If you work with correctional inmates, long-term psychiatric patients engaged in criminal thinking, or anyone else with sociopathic tendencies, you can be a target for manipulation.
This applies to nurses, correctional workers, educators, therapists, and others who are exposed on a daily basis to sociopathic thinkers. See the post: “Don’t be a Target for Criminal Manipulations…” http://wp.me/p6D4D0-p
How do you recognize that you might be experiencing manipulation by one of these individuals?
The first step is to be aware of the systematic process sociopaths use to gain your trust and then to exercise leverage against you.
Leverage that can make you do things you thought you would never do. Reference Bud Allen and Diana Bosta, Games Criminals Play http://www.amazon.com
It all begins with the establishment of a relationship. (read more)1. The Relationship
How would a bad guy establish a relationship with you? It starts with careful observation of YOU.
Let’s call our bad guy “Pepe,” as in the infamous Pepe LePew. If you recall, Pepe was an amorous skunk who courted with dripping overtures any moving thing.
Our “Pepe” is an inmate or patient or coworker with sociopathic tendencies, and Pepe has decided to see if he can get something going with you. Why? He has nothing better to do, and if his strategy works out right he may get something out of his long stay within the walls.
2. Watching and Listening
So Pepe watches you. He listens to you. He knows more about you than you thought was possible. He listens and learns about your likes, your friends, your children, some of your problems. He may even know your address and what kind of car you drive.
Pepe begins the relationship by using information to establish communication. He shares your interest in crafts, relates to the trouble with your teenage daughter, and agrees that your supervisor shows favoritism to that other employee.
Once there is a little communication going on, Pepe may initiate a little “touching.” Not sexual in nature, but it is enough to help reinforce the feeling of a bond. People who like you touch you, right? Pepe is just letting you know he likes you and is on your side.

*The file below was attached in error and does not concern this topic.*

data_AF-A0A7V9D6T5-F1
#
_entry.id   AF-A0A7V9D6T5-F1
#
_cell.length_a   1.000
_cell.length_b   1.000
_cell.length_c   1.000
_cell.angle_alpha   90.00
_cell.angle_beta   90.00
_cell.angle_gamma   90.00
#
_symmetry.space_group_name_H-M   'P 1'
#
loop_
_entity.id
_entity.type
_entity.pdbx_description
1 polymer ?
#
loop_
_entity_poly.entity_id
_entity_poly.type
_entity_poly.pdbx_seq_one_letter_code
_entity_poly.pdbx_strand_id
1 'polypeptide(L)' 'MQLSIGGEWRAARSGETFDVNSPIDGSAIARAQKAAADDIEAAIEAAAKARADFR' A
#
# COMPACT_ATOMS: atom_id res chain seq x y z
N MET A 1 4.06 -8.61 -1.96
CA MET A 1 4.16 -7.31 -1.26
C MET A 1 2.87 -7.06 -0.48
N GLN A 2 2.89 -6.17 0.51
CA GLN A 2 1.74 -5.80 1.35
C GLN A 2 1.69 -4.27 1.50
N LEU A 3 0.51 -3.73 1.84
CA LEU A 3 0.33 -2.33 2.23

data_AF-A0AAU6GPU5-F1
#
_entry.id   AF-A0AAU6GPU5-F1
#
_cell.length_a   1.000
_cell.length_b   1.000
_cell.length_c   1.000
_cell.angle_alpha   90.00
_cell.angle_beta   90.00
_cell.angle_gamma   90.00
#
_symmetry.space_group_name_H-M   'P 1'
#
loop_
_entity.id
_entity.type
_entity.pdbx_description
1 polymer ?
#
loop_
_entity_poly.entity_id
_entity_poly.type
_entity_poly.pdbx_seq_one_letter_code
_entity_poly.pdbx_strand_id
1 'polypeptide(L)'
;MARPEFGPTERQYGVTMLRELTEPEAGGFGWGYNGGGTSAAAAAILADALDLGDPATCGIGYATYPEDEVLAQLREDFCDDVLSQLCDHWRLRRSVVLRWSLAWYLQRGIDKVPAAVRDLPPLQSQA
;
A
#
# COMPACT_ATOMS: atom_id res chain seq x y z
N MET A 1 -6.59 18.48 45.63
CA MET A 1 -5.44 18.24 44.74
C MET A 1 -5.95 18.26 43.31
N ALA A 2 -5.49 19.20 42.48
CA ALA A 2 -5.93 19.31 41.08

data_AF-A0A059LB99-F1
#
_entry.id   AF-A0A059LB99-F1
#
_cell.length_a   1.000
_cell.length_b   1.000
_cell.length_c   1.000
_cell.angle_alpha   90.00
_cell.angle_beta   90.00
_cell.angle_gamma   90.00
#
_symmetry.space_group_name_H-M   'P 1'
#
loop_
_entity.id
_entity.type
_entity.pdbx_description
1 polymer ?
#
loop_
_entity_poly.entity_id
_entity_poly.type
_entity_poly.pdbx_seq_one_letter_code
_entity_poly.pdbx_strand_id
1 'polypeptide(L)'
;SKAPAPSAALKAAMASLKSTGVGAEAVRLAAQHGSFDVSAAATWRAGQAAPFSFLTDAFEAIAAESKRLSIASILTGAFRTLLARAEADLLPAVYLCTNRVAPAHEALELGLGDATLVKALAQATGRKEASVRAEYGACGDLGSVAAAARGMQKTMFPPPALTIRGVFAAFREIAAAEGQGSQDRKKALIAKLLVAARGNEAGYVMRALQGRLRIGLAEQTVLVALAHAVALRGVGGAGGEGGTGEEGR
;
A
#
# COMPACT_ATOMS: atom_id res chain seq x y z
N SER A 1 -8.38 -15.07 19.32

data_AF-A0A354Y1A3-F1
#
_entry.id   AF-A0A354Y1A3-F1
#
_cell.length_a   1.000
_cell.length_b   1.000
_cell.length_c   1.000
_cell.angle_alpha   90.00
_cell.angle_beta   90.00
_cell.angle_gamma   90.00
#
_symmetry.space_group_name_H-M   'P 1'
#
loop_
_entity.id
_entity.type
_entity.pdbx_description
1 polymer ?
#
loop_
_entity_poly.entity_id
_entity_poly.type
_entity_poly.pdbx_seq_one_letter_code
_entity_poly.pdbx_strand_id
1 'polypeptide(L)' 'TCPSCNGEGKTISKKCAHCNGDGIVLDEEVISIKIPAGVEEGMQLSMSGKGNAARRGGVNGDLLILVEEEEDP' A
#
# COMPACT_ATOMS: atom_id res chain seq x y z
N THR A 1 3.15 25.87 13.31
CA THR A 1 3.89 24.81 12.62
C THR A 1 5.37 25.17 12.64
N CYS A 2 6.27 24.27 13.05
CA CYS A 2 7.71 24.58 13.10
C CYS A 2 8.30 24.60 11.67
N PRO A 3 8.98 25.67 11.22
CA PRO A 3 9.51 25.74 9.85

4. You’re the Only One!
Is there anyone else who has the same kind of relationship with Pepe? Probably not. You are the only one who understands him, and you’re the one person he feels safe talking to.
He says you are special.
If Pepe was a female “Pepina,” tears may break out as well. Maybe Pepina feels sad, maybe Pepina is trying to reinforce her image with you as a victim, abused, needing support, and yes you are the only one she trusts. She tells you this as she wipes away her tears.
5. The Test
The next big step in this process is the test. Once the relationship feels solid, Pepe or Pepina will test the strength of the bond they have established. The test is usually simple: will you overlook a minor rule violation or do a minor favor just this once? Just this once?
If you agree, you passed the test, and you’ve just become a fish on the hook.
If you agree, you’ll probably be given a reward of some kind: gratitude and a favor, praise, maybe even money or a gift. And now you are really on the hook.
6. The Shopping List
This process can evolves into the “shopping list” of favors and actions Pepe expects from you.
Why would you continue to fill the shopping list? Because Pepe and Pepina are not your good friends. They are SOCIOPATHS.
They have no hesitation in mentioning how embarrassing it might be for others to learn how you have violated the rules. Pepina can start malicious rumors about you. Pepe can even threaten violence against you, your coworkers, or your family.
7. The Big Ask
Finally, all the favors and your personal guilt and fear about your own vulnerability to exposure lets Pepe and Pepina pull the trigger on the “Big Ask.” This is the prison-break-out-of-the-century ala Joyce Mitchell and a yellow jump suit “ask.”
If Pep and Pepina get caught, they just return to where this process began: in the institution. You, however, may lose your job, your family, and maybe even your freedom.